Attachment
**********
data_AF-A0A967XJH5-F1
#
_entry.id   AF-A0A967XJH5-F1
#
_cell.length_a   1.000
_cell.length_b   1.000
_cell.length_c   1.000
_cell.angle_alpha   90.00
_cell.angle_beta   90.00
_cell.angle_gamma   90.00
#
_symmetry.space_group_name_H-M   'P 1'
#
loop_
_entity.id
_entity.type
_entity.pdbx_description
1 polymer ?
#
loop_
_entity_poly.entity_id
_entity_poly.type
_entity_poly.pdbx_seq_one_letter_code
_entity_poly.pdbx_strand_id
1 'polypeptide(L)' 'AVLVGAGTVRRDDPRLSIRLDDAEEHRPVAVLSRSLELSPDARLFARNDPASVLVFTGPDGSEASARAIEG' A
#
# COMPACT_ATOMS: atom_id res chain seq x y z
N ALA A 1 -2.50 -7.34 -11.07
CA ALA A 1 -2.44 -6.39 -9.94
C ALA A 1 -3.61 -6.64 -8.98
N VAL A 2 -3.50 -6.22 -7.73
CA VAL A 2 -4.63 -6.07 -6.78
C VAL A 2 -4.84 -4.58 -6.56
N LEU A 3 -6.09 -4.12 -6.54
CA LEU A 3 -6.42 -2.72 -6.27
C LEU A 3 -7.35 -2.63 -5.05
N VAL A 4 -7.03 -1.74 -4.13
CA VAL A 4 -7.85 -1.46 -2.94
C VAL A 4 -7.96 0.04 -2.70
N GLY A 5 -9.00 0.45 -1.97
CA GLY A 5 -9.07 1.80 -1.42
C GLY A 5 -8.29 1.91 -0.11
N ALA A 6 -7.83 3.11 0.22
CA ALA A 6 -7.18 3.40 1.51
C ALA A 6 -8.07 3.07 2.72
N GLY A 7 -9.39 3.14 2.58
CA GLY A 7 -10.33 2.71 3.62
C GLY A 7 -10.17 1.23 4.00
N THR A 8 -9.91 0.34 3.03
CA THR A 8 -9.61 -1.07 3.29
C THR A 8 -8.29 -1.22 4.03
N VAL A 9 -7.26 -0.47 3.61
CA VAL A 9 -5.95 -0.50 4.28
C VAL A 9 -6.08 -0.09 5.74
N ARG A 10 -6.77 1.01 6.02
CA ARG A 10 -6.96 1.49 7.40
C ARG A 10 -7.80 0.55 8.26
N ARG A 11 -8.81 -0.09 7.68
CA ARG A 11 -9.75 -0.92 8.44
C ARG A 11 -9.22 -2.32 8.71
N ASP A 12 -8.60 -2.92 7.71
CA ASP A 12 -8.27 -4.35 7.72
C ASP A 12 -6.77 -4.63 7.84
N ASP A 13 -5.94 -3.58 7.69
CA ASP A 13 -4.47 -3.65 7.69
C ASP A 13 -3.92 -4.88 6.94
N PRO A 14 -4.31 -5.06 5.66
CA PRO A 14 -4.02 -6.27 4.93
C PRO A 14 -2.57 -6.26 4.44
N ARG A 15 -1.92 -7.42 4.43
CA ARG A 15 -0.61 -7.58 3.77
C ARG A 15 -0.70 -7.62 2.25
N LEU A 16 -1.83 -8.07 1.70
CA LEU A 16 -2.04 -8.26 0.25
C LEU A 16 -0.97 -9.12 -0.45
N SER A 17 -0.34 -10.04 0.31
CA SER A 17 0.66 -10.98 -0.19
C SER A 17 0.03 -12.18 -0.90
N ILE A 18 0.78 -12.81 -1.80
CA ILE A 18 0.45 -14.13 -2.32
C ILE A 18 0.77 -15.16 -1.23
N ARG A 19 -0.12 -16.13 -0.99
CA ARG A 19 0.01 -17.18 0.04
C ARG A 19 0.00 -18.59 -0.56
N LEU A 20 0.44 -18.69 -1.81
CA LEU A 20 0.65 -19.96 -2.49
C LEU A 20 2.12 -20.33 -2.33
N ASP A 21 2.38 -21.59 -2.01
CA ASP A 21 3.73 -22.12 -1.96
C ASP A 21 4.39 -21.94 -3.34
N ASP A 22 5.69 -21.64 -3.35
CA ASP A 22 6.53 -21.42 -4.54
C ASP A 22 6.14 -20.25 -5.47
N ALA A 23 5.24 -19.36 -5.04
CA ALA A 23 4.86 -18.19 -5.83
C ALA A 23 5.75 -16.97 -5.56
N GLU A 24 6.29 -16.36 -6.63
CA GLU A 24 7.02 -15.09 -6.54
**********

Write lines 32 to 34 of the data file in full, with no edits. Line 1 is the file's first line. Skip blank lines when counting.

CA VAL A 2 -4.63 -6.07 -6.78
C VAL A 2 -4.84 -4.58 -6.56
N LEU A 3 -6.09 -4.12 -6.54